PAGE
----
After God drowned Pharaoh’s entire army in the sea, for the first time in history Israel found herself living in the Egyptian desert, out in the open, completely on her own. The Hebrews had begun their journey to the land of Canaan. God had proven Himself faithful; the nation had walked through the sea on dry land. How awestruck they must have been! As a result, they sang a song of great praise to God. All the way from verse 1 to verse 21 of Exodus 15 they continue to sing.
Have you ever done that? Have you ever, on the spur of the moment, scratched out a song of praise to the Lord? I recommend it to you; it’s actually an exciting experience. You say, “Well, Chuck, that’s fine for you, but I’m not some kind of eloquent, creative poet. I don’t have that gift. Words don’t flow through me like that.”
Really? How do you know if you never try? The next time you go through an experience, and God proves Himself faithful, stop and think, Maybe I could write a song. (Even if it’s for an audience of One.) That’s how praise songs are born. Why not compose one today?
On the heels of this Hebrew song of triumph and gratitude comes a word denoting a particular time; “then.” When? After the Red Sea. After the first flush of freedom. After their wonderful song of praise. Scripture records, “Then Moses led Israel from the Red Sea, and they went out into the wilderness of Shur.”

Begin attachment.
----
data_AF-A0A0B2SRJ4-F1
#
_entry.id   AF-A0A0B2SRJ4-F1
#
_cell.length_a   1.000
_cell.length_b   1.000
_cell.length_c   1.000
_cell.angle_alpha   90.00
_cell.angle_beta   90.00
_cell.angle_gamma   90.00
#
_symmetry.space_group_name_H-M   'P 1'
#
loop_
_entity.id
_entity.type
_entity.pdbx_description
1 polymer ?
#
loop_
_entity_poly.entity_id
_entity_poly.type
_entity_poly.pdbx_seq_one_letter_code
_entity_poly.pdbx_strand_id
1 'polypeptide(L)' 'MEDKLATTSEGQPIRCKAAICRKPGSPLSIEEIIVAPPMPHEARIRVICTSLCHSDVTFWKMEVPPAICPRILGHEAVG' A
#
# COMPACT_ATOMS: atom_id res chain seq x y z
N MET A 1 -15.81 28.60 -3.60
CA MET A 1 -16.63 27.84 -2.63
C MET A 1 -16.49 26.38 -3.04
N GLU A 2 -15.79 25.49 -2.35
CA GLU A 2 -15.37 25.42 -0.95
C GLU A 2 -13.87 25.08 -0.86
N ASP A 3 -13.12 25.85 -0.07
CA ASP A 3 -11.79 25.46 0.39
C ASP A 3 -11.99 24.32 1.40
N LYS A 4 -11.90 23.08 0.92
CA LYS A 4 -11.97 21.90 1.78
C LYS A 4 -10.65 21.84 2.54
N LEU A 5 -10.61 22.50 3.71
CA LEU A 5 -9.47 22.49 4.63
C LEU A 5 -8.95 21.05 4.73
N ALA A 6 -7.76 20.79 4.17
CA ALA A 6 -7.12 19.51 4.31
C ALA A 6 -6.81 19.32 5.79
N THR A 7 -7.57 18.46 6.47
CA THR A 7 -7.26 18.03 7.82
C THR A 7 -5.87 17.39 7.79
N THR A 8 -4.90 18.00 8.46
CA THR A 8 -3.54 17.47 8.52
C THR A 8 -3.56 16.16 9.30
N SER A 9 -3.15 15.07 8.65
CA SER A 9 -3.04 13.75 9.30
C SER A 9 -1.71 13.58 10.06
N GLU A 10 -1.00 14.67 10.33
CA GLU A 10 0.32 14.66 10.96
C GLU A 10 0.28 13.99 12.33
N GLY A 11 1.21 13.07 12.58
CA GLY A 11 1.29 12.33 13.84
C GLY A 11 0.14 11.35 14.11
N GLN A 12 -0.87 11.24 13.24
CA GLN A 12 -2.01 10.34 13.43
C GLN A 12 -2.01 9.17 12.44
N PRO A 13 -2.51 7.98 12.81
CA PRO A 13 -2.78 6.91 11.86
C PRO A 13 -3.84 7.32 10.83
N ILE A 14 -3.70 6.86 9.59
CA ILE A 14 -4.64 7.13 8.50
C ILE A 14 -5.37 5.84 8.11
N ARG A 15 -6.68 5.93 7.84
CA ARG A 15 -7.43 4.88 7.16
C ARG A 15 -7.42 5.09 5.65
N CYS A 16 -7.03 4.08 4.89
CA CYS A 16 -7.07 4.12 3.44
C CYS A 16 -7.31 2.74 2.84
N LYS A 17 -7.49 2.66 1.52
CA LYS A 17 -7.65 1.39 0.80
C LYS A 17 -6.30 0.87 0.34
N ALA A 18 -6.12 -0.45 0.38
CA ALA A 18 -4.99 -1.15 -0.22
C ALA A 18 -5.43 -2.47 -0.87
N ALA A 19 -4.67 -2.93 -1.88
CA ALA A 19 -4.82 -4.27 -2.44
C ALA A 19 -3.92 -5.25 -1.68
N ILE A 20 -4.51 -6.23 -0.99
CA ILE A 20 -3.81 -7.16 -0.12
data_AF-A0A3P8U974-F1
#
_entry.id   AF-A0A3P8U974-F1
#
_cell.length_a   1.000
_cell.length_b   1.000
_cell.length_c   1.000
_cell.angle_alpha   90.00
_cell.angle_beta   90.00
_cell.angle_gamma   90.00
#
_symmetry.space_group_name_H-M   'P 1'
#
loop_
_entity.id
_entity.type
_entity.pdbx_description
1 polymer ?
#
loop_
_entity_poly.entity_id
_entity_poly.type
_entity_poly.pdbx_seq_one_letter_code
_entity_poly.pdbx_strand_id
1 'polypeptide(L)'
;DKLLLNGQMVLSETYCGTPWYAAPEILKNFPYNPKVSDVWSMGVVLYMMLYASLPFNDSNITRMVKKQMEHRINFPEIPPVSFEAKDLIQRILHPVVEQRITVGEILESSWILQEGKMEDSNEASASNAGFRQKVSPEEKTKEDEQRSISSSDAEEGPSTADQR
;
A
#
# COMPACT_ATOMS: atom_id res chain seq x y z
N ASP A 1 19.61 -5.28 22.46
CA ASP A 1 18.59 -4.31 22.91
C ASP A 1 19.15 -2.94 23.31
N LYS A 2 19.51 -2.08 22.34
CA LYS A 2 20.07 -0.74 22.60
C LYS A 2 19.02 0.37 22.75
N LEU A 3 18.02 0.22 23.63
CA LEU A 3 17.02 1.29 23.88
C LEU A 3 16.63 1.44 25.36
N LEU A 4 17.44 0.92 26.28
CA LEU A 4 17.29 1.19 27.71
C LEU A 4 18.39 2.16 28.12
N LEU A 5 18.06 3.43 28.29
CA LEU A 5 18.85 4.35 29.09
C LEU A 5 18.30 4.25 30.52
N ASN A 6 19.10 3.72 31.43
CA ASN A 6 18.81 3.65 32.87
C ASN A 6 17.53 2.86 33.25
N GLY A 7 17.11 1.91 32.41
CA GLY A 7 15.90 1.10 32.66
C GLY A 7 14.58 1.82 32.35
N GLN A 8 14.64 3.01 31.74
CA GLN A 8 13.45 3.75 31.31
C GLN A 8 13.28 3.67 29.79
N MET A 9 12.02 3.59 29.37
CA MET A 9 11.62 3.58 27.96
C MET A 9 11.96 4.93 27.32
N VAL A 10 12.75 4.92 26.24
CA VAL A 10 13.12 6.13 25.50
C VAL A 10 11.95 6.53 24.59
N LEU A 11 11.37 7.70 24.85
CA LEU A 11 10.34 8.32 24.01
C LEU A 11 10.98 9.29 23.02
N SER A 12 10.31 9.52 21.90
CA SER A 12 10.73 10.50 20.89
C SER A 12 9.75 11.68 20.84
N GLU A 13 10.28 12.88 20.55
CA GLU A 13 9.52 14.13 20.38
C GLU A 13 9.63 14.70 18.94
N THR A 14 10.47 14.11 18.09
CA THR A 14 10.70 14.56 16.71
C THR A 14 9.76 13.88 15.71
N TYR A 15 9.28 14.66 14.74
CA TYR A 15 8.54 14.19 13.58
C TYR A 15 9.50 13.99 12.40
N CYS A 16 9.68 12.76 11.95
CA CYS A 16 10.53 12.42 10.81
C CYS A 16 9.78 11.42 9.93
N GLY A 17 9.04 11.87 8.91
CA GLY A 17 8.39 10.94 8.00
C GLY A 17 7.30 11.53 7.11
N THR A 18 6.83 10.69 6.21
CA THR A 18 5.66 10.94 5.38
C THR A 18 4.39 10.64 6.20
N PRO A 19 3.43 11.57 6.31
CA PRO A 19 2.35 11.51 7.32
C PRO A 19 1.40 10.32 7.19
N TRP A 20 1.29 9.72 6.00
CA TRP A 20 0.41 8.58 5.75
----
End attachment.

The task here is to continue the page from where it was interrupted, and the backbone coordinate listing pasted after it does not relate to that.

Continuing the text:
What a description of the Christian life! All of us have been through the Red Sea. Spiritually speaking, believers have all been placed in God’s family through the cross. We have come to know the Lord Jesus. And in coming to know Him, we have been delivered for the first time from bondage to the old life. How glorious! Freed from the domination of our old master, we have been given a new song, a new life, a new beginning. But in this beginning we quickly discover we must endure some wilderness experiences. Looking back, we later realize they were deserts designed by God for a very real purpose. But what a come-down after our Red Sea conversion.
Taken from Great Days with the Great Lives by Charles R. Swindoll. Copyright © 2005 by Charles R. Swindoll, Inc. Used by permission of Thomas Nelson. www.thomasnelson.com